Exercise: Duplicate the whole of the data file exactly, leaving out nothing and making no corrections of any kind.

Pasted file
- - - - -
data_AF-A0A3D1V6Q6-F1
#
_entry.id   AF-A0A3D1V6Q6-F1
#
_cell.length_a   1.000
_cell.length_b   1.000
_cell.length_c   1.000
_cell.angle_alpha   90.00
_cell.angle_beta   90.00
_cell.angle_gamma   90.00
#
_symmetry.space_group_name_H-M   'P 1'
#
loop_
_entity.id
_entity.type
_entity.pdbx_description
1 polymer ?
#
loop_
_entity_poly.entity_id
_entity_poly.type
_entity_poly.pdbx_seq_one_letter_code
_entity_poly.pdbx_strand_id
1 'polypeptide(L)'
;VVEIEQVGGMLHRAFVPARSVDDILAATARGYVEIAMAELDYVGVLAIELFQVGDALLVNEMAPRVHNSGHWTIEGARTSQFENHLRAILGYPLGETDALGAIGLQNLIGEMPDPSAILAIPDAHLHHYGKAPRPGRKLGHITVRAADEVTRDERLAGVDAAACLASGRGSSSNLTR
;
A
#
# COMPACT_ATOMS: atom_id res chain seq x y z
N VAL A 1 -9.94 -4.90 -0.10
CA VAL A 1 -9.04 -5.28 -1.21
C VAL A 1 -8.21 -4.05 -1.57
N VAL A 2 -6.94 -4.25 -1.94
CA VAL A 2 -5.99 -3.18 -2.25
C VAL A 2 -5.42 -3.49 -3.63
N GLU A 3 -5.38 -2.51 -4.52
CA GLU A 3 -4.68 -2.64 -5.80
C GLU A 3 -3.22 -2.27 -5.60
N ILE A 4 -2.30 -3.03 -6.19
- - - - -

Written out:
data_AF-A0A3D1V6Q6-F1
#
_entry.id   AF-A0A3D1V6Q6-F1
#
_cell.length_a   1.000
_cell.length_b   1.000
_cell.length_c   1.000
_cell.angle_alpha   90.00
_cell.angle_beta   90.00
_cell.angle_gamma   90.00
#
_symmetry.space_group_name_H-M   'P 1'
#
loop_
_entity.id
_entity.type
_entity.pdbx_description
1 polymer ?
#
loop_
_entity_poly.entity_id
_entity_poly.type
_entity_poly.pdbx_seq_one_letter_code
_entity_poly.pdbx_strand_id
1 'polypeptide(L)'
;VVEIEQVGGMLHRAFVPARSVDDILAATARGYVEIAMAELDYVGVLAIELFQVGDALLVNEMAPRVHNSGHWTIEGARTSQFENHLRAILGYPLGETDALGAIGLQNLIGEMPDPSAILAIPDAHLHHYGKAPRPGRKLGHITVRAADEVTRDERLAGVDAAACLASGRGSSSNLTR
;
A
#
# COMPACT_ATOMS: atom_id res chain seq x y z
N VAL A 1 -9.94 -4.90 -0.10
CA VAL A 1 -9.04 -5.28 -1.21
C VAL A 1 -8.21 -4.05 -1.57
N VAL A 2 -6.94 -4.25 -1.94
CA VAL A 2 -5.99 -3.18 -2.25
C VAL A 2 -5.42 -3.49 -3.63
N GLU A 3 -5.38 -2.51 -4.52
CA GLU A 3 -4.68 -2.64 -5.80
C GLU A 3 -3.22 -2.27 -5.60
N ILE A 4 -2.30 -3.03 -6.19